In conclusion, the EDIM liquid biopsy technology was able to differentiate between neuroblastoma patients and healthy individuals with a high sensitivity and specifity. Reproducible results were obtained from neuroblastoma tissue samples and cell lines fostering our clinical findings. This method might serve as a tool for treatment monitoring and early relapse detection for this tumour entity. However, further studies should be performed in a larger patient cohort as well as at different time points to confirm these results and to address unanswered questions, such as the association with tumour histology.
The datasets used and/or analysed during this study are available from the corresponding author on reasonable request.
Kaatsch P, Grabow D, Spix C German Childhood Cancer Registry—Annual Report 2016 (1980-2015). Institute of Medical Biostatistics, Epidemiology and Informatics (IMBEI) at the University Medical Center of the Johannes Gutenberg University Mainz. 2016.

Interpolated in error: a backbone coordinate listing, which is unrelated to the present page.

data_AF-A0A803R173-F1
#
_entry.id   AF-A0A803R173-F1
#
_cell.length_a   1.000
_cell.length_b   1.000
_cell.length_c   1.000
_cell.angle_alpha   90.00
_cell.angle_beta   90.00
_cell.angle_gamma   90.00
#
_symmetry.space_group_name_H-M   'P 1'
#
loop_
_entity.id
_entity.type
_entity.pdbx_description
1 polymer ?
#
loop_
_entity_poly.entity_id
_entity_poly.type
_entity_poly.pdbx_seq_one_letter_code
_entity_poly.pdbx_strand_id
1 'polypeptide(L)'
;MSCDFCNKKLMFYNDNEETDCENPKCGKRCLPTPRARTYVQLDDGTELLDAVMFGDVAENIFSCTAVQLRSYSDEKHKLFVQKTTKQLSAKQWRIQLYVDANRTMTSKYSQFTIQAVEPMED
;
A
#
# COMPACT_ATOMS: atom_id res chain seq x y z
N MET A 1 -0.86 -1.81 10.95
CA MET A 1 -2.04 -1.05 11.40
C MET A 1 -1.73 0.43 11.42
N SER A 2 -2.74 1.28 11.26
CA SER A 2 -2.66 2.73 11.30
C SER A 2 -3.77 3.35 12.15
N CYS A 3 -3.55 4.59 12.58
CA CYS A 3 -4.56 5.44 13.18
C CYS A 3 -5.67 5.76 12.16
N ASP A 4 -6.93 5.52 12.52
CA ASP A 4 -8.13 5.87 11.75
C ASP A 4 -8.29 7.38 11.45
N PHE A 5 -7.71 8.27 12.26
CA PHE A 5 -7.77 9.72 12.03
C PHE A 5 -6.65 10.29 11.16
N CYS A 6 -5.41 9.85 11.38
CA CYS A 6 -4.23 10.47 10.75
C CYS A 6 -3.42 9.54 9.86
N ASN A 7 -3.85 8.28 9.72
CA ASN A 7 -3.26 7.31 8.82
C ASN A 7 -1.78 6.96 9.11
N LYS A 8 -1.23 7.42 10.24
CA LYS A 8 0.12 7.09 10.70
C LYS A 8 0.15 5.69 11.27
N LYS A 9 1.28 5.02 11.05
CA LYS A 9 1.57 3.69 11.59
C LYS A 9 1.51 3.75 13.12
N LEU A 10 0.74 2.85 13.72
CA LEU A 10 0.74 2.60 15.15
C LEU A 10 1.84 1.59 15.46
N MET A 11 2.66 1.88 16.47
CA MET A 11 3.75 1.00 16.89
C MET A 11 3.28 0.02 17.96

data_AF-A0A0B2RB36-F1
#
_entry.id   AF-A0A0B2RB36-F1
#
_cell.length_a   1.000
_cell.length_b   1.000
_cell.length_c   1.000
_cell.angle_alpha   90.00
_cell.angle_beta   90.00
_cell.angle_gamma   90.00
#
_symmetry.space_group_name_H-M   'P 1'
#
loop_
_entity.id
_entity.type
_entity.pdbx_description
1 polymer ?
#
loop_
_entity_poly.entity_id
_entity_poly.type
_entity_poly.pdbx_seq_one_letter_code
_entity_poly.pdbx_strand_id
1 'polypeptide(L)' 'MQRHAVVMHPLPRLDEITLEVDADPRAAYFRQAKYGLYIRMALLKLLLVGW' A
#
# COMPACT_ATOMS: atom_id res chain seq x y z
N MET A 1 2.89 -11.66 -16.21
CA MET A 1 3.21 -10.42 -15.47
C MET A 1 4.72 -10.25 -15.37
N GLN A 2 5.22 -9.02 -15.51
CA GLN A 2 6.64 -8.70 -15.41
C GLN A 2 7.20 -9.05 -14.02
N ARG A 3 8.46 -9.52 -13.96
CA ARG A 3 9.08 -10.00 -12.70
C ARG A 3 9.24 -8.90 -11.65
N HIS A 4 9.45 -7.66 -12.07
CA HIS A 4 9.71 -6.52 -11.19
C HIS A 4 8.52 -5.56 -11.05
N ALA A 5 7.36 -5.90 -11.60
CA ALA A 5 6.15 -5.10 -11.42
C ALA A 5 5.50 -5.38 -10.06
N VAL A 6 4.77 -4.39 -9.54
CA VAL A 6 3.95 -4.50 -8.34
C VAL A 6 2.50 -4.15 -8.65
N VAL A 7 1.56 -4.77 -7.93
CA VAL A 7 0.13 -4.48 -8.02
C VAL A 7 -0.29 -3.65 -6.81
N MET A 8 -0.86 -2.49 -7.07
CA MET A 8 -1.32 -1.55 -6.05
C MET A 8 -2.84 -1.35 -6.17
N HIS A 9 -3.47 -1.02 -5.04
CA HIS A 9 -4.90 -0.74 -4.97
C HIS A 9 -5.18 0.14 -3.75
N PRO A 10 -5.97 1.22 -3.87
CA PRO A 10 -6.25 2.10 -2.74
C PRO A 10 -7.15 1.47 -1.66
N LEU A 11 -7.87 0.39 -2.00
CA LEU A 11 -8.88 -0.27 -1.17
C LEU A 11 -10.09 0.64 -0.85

Maris JM, Hogarty MD, Bagatell R, Cohn SL. Neuroblastoma. Lancet. 2007;369:2106–20.
Maris JM. Recent advances in neuroblastoma. N. Engl J Med. 2010;362:2202–11.
Matthay KK, Maris JM, Schleiermacher G, Nakagawara A, Mackall CL, Diller L, et al. Neuroblastoma. Nat Rev Dis Prim. 2016;2:16078.
Cohn SL, Pearson AD, London WB, Monclair T, Ambros PF, Brodeur GM, et al. The International Neuroblastoma Risk Group (INRG) classification system: an INRG Task Force report. J Clin Oncol. 2009;27:289–97.
Ladenstein R, Potschger U, Pearson ADJ, Brock P, Luksch R, Castel V, et al. Busulfan and melphalan versus carboplatin, etoposide, and melphalan as high-dose chemotherapy for high-risk neuroblastoma (HR-NBL1/SIOPEN): an international, randomised, multi-arm, open-label, phase 3 trial. Lancet Oncol. 2017;18:500–14.
van Zogchel LMJ, van Wezel EM, van Wijk J, Stutterheim J, Bruins WSC, Zappeij-Kannegieter L, et al. Hypermethylated RASSF1A as circulating tumor DNA marker for disease monitoring in neuroblastoma. JCO Precis Oncol. 2020;4:291–306.